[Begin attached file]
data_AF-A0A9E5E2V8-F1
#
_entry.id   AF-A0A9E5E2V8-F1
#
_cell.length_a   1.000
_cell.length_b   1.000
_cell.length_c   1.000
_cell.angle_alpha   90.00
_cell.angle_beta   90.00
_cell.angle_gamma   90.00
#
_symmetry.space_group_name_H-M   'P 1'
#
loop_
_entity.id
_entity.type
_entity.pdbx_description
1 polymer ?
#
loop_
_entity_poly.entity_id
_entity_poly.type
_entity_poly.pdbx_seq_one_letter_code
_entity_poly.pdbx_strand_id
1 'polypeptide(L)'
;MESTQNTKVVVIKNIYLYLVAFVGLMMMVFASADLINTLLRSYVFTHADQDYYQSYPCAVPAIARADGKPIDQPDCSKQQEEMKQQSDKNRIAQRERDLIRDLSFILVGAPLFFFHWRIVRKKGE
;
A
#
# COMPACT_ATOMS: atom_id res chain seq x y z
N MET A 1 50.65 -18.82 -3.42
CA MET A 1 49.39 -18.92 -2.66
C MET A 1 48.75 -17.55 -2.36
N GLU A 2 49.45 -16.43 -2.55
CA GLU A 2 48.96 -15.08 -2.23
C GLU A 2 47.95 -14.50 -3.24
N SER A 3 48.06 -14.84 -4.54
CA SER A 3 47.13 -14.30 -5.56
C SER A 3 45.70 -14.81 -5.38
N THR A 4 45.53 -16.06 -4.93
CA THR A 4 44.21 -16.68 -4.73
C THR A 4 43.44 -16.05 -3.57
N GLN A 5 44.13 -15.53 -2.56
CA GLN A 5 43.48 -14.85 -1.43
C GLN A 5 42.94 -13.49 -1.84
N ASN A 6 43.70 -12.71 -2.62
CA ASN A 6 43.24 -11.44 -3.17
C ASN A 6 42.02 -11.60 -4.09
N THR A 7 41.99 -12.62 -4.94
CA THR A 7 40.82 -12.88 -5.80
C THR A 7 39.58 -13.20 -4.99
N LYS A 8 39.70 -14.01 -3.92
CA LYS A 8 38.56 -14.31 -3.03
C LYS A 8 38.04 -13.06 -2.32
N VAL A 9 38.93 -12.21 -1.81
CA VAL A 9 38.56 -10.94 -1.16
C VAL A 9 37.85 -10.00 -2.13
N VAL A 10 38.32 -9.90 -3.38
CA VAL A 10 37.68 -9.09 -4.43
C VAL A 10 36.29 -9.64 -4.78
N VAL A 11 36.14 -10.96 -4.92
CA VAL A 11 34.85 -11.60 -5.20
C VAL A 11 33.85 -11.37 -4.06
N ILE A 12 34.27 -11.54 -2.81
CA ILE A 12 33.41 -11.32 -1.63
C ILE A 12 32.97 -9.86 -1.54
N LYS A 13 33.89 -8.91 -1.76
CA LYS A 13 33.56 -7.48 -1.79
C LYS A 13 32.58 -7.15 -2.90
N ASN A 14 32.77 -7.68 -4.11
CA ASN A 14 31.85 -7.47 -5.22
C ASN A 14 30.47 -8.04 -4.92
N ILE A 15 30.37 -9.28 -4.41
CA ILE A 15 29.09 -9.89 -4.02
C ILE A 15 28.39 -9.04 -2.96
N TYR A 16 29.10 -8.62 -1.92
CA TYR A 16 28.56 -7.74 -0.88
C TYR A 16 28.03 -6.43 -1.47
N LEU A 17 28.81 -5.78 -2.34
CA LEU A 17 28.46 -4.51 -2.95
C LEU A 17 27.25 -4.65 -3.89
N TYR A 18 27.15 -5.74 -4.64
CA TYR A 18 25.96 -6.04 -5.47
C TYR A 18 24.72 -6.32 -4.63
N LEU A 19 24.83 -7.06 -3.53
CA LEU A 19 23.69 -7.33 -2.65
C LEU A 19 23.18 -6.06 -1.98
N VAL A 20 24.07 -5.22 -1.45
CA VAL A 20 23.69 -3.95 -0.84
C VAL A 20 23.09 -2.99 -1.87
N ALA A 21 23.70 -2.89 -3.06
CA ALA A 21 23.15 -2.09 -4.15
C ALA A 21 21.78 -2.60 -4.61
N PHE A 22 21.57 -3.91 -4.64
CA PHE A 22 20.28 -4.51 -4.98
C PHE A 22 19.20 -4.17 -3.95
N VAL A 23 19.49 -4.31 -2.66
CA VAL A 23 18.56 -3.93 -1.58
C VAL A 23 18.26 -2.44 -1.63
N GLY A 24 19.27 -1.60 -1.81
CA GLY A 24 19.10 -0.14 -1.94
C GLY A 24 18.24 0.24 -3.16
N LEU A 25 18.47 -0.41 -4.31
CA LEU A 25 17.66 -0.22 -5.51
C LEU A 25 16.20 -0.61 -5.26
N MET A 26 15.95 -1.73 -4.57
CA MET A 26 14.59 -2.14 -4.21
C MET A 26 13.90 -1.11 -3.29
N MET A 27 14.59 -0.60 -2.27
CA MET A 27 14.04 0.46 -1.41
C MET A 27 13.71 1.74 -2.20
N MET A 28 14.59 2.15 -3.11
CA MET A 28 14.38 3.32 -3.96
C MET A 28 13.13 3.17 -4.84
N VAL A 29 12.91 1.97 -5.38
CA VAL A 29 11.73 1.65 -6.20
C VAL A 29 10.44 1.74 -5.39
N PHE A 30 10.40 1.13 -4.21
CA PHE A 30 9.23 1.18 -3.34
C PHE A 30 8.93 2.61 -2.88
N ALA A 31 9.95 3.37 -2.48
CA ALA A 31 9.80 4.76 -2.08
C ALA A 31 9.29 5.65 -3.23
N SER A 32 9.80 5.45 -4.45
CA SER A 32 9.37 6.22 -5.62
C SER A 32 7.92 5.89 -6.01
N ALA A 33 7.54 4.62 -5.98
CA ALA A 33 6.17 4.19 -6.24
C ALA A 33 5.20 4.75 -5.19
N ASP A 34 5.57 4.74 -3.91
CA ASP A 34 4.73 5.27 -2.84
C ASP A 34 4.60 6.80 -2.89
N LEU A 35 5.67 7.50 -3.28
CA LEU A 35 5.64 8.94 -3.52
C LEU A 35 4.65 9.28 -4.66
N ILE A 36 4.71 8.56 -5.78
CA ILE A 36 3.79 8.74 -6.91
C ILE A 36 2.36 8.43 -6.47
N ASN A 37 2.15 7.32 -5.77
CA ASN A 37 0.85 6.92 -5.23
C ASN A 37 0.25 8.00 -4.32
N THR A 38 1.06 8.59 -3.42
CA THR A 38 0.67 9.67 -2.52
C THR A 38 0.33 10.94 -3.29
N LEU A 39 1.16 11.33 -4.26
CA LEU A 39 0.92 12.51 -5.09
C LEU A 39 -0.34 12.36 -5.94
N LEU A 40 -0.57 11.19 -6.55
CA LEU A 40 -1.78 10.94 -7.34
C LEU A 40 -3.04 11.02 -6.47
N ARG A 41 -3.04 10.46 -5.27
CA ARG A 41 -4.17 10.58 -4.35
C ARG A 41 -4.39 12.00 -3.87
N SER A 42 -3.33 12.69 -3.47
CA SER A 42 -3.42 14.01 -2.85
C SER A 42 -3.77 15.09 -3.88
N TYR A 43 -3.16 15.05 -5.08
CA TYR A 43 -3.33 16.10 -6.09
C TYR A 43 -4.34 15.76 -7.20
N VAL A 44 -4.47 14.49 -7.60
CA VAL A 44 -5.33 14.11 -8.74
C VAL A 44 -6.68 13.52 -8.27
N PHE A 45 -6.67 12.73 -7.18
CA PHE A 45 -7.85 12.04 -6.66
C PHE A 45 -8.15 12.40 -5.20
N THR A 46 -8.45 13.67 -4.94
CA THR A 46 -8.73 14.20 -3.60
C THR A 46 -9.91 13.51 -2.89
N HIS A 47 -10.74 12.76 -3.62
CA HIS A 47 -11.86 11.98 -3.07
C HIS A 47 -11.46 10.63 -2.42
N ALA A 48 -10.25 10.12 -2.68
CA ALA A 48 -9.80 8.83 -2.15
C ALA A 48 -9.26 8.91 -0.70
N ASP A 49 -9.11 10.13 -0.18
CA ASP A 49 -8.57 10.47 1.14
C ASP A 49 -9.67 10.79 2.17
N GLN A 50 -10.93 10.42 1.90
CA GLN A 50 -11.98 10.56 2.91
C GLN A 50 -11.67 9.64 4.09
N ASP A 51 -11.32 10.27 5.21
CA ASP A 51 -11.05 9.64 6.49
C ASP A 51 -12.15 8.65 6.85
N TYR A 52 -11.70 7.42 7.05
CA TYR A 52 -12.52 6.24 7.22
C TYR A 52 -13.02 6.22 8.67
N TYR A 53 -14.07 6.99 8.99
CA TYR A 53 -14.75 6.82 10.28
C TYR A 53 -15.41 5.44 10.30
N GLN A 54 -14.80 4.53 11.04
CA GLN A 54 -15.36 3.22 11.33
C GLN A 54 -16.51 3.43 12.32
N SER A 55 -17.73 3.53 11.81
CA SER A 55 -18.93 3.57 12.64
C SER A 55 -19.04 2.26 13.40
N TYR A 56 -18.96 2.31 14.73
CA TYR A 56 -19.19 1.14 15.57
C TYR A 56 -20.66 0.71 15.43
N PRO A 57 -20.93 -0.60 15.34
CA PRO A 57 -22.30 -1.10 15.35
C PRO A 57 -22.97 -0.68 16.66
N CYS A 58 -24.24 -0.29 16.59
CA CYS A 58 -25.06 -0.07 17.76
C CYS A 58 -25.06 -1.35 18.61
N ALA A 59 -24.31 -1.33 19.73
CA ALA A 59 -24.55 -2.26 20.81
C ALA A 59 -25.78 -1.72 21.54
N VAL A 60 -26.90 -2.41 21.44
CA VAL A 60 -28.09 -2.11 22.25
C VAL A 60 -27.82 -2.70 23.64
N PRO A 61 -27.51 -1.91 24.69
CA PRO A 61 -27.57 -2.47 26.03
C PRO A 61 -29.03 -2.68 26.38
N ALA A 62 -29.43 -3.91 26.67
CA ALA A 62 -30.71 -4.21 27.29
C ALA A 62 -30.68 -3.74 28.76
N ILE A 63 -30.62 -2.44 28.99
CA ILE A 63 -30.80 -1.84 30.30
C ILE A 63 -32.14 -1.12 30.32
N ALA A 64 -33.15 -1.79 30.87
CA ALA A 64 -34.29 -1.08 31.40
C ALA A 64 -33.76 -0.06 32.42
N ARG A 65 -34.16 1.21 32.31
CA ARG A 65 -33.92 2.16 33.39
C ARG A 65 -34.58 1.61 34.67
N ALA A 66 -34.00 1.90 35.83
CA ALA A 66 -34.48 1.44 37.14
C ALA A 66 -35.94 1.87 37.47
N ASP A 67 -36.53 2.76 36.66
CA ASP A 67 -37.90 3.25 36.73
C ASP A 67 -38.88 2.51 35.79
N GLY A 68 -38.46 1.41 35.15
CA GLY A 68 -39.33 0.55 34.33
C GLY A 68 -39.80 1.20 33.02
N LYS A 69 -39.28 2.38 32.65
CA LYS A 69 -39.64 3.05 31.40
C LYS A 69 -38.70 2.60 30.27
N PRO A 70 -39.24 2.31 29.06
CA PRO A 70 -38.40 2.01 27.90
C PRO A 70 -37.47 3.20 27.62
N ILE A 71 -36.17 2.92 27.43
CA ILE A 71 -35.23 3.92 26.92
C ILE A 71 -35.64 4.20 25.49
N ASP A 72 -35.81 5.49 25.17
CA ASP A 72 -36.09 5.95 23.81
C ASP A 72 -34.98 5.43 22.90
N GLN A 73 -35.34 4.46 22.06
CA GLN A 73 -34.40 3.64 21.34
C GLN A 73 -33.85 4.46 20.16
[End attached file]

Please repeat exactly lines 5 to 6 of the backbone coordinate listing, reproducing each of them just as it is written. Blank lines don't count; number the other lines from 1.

_cell.length_a   1.000
_cell.length_b   1.000